• 9.
    Dong, Lili
    et al.
    Erguna Forest-Steppe Ecotone Research Station, Institute of Applied Ecology, Chinese Academy of Sciences, Shenyang, China.
    Sun, Tao
    Erguna Forest-Steppe Ecotone Research Station, Institute of Applied Ecology, Chinese Academy of Sciences, Shenyang, China.
    Berg, Björn
    University of Gävle, Faculty of Engineering and Sustainable Development, Department of Electrical Engineering, Mathematics and Science, Biology. Department of Forest Sciences, University of Helsinki, Helsinki, Finland.
    Zhang, Lili
    National Engineering Laboratory for Soil Nutrient Management, Institute of Applied Ecology, Chinese Academy of Sciences, Shenyang, China.
    Zhang, Quanquan
    School of International Education, Beijing University of Chemical Technology, Beijing, China.
    Wang, Zhengwen
    Erguna Forest-Steppe Ecotone Research Station, Institute of Applied Ecology, Chinese Academy of Sciences, Shenyang, China.
    Effects of different forms of N deposition on leaf litter decomposition and extracellular enzyme activities in a temperate grassland2019In: Soil Biology and Biochemistry, ISSN 0038-0717, E-ISSN 1879-3428, Vol. 134, p. 78-80Article in journal (Refereed)
    Abstract [en]

    Despite the importance of decomposition for biogeochemical cycles, it is still not clear how this process is affected by different forms of nitrogen (N). Equal amounts of N with different ratios of inorganic N: organic N (0 : 0, 10 : 0, 7 : 3, 5 : 5, 3 : 7, and 0 : 10) were added to the soil in a steppe. We studied the response of litter decomposition to different forms of N enrichment. The treatment with 30% organic N resulted in the fastest decomposition, which was higher than with inorganic N or organic N addition alone. Our results highlight the need for studies of N deposition on carbon cycles that consider different components in N deposition.

  • 10.
    Gautam, Mukesh Kumar
    et al.
    Korea Basic Science Institute; City University of New York.
    Lee, Kwang-Sik
    Korea Basic Science Institute.
    Berg, Björn
    University of Gävle, Faculty of Engineering and Sustainable Development, Department of Electrical Engineering, Mathematics and Science, Biology. University of Helsinki.
    Song, Byeong-Yeol
    Korea Basic Science Institute; National Forensic Service, Korea.
    Major, trace and rare earth elements dynamics in decomposing litters on successional sites in a cool temperate region of South Korea2020In: Science of the Total Environment, ISSN 0048-9697, E-ISSN 1879-1026, Vol. 749, article id 142352Article in journal (Refereed)
    Abstract [en]

    Evaluating the decomposition-based change dynamics of various elements in plant litter is important for improving our understanding about their biogeochemical cycling in ecosystems. We have studied the concentrations of major, trace, and rare earth elements (REEs) (34 elements) in green tissue litter, and soil and their dynamics in the decomposing litters of successional annual fleabane (Erigeron annuus) and silvergrass (Miscanthus sinensis). Concentrations of major and trace elements in the litter of annual fleabane were 1.02–2.71 times higher compared to silvergrass. For REEs the difference between the two litter types for elements studied was in the range of 1.02–1.29 times. Both the litters showed a general decrease in the concentrations of elements in the initial stages of decomposition (60–90 days). All the major and trace elements (except for Na) in silvergrass showed a net increase in concentration at the end of the decomposition study (48.9–52.5% accumulated mass loss). Contrastingly, a few trace elements (Mn, Mo, Sr, Zn, Sb, and Cd) in annual fleabane showed a net decrease in their concentrations. For REEs, there was an increase in concentrations as well as in net amounts in both litter types. Similarities observed in the dynamics together with high and significant correlations among them likely suggest their common source. The higher concentrations of REEs in soil likely suggest its role in the net increase in REEs' concentrations and amount in litter during decomposition.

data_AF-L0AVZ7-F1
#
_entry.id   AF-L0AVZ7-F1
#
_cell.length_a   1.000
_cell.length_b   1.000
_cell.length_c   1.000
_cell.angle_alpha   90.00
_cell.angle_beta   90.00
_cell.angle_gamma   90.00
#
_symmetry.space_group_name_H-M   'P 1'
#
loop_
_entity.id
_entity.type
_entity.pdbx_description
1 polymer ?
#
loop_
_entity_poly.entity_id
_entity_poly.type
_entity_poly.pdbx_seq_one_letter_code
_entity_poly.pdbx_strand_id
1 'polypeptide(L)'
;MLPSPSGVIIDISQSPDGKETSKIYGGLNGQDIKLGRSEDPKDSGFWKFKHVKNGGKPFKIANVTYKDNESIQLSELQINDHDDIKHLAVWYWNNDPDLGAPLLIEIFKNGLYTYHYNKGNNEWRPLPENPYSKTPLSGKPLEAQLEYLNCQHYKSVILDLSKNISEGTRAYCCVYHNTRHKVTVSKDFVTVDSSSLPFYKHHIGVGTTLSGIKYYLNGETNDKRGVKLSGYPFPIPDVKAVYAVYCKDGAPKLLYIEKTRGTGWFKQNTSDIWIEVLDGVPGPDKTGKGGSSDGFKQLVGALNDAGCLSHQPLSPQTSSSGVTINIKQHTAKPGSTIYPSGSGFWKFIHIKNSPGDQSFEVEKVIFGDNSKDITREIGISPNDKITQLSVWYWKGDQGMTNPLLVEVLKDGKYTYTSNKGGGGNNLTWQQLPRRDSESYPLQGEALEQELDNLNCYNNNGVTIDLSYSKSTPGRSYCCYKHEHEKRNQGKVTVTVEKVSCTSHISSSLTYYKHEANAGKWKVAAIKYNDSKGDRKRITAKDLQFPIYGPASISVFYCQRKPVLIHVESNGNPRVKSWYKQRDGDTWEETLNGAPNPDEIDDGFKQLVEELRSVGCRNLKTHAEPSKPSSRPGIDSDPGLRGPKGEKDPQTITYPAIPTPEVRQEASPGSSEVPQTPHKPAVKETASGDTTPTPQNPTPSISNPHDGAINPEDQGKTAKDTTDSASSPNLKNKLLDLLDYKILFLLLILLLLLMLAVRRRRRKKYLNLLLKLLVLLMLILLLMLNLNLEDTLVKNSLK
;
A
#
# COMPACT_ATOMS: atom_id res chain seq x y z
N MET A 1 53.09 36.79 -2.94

• 11.
    Gautam, Mukesh Kumar
    et al.
    Division of Earth and Environmental Sciences, Korea Basic Science Institute, Ochang, Chungbuk, Republic of Korea; Biology Department, Medgar Evers College, City University of New York, New York, NY, USA.
    Lee, Kwang-Sik
    Division of Earth and Environmental Sciences, Korea Basic Science Institute, Ochang, Chungbuk, Republic of Korea.
    Berg, Björn
    University of Gävle, Faculty of Engineering and Sustainable Development, Department of Electrical Engineering, Mathematics and Science, Biology. Department of Forest Sciences, University of Helsinki, Helsinki, Finland.
    Song, Byeong-Yeol
    Division of Earth and Environmental Sciences, Korea Basic Science Institute, Ochang, Chungbuk, Republic of Korea; Chemical Analysis Division, National Forensic Service, Wonju, Republic of Korea.
    Yeon, Jeh-Yeong
    Division of Earth and Environmental Sciences, Korea Basic Science Institute, Ochang, Chungbuk, Republic of Korea.